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2015 Ontario Stove Testing Camp

July 9 - 10, 2015

with Crispin Pemberton-Pigott
photo story by Norbert Senf

Back to Lopez Labs

The camp took place at Burt's Greenhouses near Kingston ON.
This is the shed that holds the 1.25 Megawatt chip fired boiler system.

Attendees came from as far away as New Mexico and Norway

Alex English, who runs the boilers at Burt's, introduces Crispin Pemberton-Pigott from New Dawn Engineering

We started with a live burn to demonstrate the concepts of a natural draft, top-lit updrafting gasifier (ND-TLUD)
In this view the stove is upside down, showing the primary air inlet beneath the fuel bed.

The burn chamber sits inside an outer sleeve that is used to preheat the secondary air.

Secondary air holes at the top. Notice the initial long flaming of the wood gases.

As the wood burns down to char at the bottom, the flaming is shorter and happens at the secondary air inlets.

A restrictor to prevent cold air downdrafting in the tube.

An improved stove that Crispin designed for Mongolia to burn the local lignite coal, achieved a particulate emissions reduction of 99.9%,
A stove changeout program reduced the heavy air pollution in the Mongolian capital of Ulaanbaatar by 65%

MHA member Andrew Brunning attended the workshop, and brought down this precast rocket firebox.

A $1.00 stove developed by Crispin for Haiti. It is sitting on a digital scale that measures the weight loss from the fuel in order to
determine the burn rate and power output in  real time.

To the left is Jan Sorensen from Norway, who manufactures stoves in Zambia, and is involved in a biochar project there.

This custom software takes data from the scale and converts it for stove testing use.

Notice the flamelets at the secondary air holes.

Lighting another TLUD stove, burning pellets. The 4" pipe is used to accelerate the draft and help get the pellets lit.

The bottom of the pipe is touching the pellet bed, drawing air through the pellets from underneath.

Alex English shows the Condar portable dilution tunnel that he made many years ago after a visit to Lopez Labs.
He has done much innovative research into commercial biomass greenhouse heating, and has worked closely in the past with
CANMET, the Canadian government combustion laboratory.

Terrence Sauvé examines densified brickets that Alex has experimented with. On the right is Brian Burt, the owner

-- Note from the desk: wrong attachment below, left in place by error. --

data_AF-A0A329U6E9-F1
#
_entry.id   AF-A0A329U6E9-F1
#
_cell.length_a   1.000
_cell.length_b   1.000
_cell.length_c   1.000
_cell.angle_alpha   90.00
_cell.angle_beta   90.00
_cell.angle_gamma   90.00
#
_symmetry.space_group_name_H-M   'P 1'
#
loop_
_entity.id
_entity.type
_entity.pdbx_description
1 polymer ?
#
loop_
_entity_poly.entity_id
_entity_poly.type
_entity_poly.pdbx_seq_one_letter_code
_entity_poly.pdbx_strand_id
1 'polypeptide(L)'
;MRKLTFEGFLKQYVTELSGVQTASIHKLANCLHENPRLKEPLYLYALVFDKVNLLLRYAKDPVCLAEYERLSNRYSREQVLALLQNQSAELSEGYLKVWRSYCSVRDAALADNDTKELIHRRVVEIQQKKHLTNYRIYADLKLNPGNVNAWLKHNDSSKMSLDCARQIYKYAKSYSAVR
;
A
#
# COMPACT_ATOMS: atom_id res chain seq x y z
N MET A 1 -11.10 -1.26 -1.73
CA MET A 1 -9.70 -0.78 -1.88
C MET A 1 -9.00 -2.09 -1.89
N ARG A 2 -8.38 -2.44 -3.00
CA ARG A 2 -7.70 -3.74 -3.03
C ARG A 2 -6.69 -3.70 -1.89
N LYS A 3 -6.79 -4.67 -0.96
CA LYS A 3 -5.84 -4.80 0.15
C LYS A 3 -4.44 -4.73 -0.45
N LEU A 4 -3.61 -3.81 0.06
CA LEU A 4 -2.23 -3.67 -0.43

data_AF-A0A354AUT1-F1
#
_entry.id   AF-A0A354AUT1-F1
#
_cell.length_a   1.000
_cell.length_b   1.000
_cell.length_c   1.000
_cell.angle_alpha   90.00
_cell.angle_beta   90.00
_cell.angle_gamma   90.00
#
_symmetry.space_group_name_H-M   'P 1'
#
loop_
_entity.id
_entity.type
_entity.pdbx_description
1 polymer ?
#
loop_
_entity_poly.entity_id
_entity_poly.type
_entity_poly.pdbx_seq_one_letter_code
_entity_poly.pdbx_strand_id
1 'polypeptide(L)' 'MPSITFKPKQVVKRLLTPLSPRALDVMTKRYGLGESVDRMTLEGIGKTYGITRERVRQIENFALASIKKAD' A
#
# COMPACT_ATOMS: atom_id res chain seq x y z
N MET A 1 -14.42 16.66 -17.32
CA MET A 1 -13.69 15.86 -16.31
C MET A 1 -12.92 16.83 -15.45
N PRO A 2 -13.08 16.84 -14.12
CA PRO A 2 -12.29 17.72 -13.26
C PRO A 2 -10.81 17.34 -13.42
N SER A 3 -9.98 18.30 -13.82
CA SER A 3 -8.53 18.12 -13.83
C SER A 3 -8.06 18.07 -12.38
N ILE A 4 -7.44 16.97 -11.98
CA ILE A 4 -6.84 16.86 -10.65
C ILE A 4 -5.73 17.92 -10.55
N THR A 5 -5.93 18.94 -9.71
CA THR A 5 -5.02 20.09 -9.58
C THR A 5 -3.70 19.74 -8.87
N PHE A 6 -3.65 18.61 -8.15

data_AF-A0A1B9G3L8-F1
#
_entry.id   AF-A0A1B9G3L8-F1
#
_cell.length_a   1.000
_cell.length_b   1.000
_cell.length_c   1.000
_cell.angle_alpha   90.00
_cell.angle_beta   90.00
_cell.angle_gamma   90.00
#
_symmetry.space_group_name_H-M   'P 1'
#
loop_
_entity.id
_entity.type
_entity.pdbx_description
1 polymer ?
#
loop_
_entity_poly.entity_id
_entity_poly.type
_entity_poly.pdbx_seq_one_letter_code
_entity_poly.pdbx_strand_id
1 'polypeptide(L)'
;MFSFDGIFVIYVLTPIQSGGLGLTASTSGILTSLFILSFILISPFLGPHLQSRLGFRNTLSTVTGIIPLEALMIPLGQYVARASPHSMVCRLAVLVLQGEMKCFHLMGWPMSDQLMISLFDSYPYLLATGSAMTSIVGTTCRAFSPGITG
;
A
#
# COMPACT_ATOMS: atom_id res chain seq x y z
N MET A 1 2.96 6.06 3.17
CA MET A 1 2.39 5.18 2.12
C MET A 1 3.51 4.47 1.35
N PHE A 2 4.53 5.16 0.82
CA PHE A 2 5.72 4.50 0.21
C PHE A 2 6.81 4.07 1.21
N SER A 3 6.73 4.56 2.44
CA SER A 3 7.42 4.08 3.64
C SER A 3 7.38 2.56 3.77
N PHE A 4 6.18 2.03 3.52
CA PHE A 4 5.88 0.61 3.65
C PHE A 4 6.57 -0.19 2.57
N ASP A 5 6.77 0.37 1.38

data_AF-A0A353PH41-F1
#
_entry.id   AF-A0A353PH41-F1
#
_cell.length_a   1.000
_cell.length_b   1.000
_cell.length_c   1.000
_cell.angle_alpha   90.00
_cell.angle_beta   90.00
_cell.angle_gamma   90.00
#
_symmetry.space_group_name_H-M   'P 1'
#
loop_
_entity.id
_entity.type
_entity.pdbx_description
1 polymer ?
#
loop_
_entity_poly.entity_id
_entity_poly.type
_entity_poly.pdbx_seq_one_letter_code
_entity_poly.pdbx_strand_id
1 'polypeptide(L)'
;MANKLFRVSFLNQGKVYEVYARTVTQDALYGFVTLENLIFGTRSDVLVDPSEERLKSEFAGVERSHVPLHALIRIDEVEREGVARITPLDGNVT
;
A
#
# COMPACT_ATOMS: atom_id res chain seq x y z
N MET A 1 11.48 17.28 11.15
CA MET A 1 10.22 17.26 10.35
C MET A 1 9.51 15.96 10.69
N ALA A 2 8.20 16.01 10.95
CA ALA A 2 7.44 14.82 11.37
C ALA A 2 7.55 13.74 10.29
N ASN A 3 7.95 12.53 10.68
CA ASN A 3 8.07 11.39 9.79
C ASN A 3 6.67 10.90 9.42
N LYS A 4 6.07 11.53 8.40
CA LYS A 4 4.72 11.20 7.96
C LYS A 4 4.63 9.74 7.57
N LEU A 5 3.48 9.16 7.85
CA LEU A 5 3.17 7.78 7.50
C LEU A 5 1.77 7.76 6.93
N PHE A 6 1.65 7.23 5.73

of the greenhouse operation.
Terrence is an engineer working for the Ontario Ministry of Agriculture, consulting on farm scale biomass systems.

In the black shirt is Nathan Jones, who is a field engineer for Combined Heat and Biochar, with ClearStak
He is demonstrating the Wohler real time particulate emissions analyzer.

Second from the left is Julien Winter, a soil scientist who is involved in a biochar project in Bangladesh.
Julien prepared t
his summary of his recent TLUD research.

Terrence Sauvé chats with Lance Grace, who is an aeronautical engineer and the principal at Clear Skies Unlimited

This is an experimental gravity feed pellet stove that Alex English built, and hooked up for a demo.
It needs no electricity. The sprocket in the front is connected to a manually operated shaker grate.

This is another prototype without a shaker grate.

Notice the pyramid at the center of the mesh grate, with an air outlet in the center. It is designed to prevent ash clogging from the

Checking the combustion with a Testo. It was very clean, with very low CO.

Crispin presented results for the first time from very recent research, indicating significant error in how
emission analyzers  have calculated excess air ratios up to now, which induces corresponding errors in reported
emissions and efficiency calculations.

Wood is 40% oxygen, and since this is much higher compared to other fuels, and has no associated nitrogen, this is can be
a significant source of error when using conventional excess air calculations intended for other fuels at steady state.

Alex gave us a tour of his chip burning operation. This building is normally filled with fuel, and he is showing us the automated
fuel conveyor system that he developed and built. An auger has sensors that allow it to detect where the fuel pile is, and orient itself
to convey chips to a conveyor trough.

The PLC control system for the boiler.

The moving chain grate.

The boiler can be used to make biochar, by closing the primary air supply.

Four auger at the end are ganged in opposite directions, and feed the chips into the fire chamber.

A prototype biochar takeoff. The square duct contains an airtight auger, that drops off the biochar into a drum.

Biochar in a drum.

Bagged biochar.

One of the participants, Rebecca Vermeer,  is originally  from Indonesia and does stove work there. Here we have her clay stove
set up underneath an improvised hood using a steel drum. Note the hose from the Wohler sampler to the blue drum hood.

Rebecca and Nathan watch the real time data on her stove.

This page was last updated on October 4, 2016
This page was created on July 11, 2015

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